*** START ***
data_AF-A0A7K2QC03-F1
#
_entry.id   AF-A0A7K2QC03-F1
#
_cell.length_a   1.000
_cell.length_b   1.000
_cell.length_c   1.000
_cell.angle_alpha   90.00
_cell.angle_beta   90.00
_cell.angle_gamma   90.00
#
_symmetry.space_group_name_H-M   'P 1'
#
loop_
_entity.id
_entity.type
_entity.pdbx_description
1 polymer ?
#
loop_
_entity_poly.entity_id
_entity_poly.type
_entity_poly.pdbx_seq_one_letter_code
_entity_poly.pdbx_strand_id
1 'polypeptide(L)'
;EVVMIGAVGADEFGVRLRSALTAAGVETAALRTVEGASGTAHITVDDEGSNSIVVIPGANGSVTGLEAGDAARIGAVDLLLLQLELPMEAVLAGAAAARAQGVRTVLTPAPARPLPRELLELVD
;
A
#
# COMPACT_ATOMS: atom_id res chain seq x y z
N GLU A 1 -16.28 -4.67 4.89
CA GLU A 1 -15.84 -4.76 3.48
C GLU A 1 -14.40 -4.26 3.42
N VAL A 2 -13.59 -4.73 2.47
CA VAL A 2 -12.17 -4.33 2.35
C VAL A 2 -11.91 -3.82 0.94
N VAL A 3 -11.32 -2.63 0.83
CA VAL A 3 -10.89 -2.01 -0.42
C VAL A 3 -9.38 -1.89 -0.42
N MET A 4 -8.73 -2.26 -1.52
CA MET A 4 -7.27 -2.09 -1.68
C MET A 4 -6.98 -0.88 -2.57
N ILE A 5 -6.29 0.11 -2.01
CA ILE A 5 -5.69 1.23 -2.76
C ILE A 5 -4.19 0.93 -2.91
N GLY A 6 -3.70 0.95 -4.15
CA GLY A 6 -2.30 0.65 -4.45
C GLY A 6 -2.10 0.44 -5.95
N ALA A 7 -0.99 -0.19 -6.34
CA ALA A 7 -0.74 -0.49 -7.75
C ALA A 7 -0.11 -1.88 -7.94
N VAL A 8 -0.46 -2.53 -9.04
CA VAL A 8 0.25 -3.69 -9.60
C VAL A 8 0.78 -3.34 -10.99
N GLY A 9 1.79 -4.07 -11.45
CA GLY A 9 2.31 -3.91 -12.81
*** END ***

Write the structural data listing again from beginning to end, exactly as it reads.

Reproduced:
data_AF-A0A7K2QC03-F1
#
_entry.id   AF-A0A7K2QC03-F1
#
_cell.length_a   1.000
_cell.length_b   1.000
_cell.length_c   1.000
_cell.angle_alpha   90.00
_cell.angle_beta   90.00
_cell.angle_gamma   90.00
#
_symmetry.space_group_name_H-M   'P 1'
#
loop_
_entity.id
_entity.type
_entity.pdbx_description
1 polymer ?
#
loop_
_entity_poly.entity_id
_entity_poly.type
_entity_poly.pdbx_seq_one_letter_code
_entity_poly.pdbx_strand_id
1 'polypeptide(L)'
;EVVMIGAVGADEFGVRLRSALTAAGVETAALRTVEGASGTAHITVDDEGSNSIVVIPGANGSVTGLEAGDAARIGAVDLLLLQLELPMEAVLAGAAAARAQGVRTVLTPAPARPLPRELLELVD
;
A
#
# COMPACT_ATOMS: atom_id res chain seq x y z
N GLU A 1 -16.28 -4.67 4.89
CA GLU A 1 -15.84 -4.76 3.48
C GLU A 1 -14.40 -4.26 3.42
N VAL A 2 -13.59 -4.73 2.47
CA VAL A 2 -12.17 -4.33 2.35
C VAL A 2 -11.91 -3.82 0.94
N VAL A 3 -11.32 -2.63 0.83
CA VAL A 3 -10.89 -2.01 -0.42
C VAL A 3 -9.38 -1.89 -0.42
N MET A 4 -8.73 -2.26 -1.52
CA MET A 4 -7.27 -2.09 -1.68
C MET A 4 -6.98 -0.88 -2.57
N ILE A 5 -6.29 0.11 -2.01
CA ILE A 5 -5.69 1.23 -2.76
C ILE A 5 -4.19 0.93 -2.91
N GLY A 6 -3.70 0.95 -4.15
CA GLY A 6 -2.30 0.65 -4.45
C GLY A 6 -2.10 0.44 -5.95
N ALA A 7 -0.99 -0.19 -6.34
CA ALA A 7 -0.74 -0.49 -7.75
C ALA A 7 -0.11 -1.88 -7.94
N VAL A 8 -0.46 -2.53 -9.04
CA VAL A 8 0.25 -3.69 -9.60
C VAL A 8 0.78 -3.34 -10.99
N GLY A 9 1.79 -4.07 -11.45
CA GLY A 9 2.31 -3.91 -12.81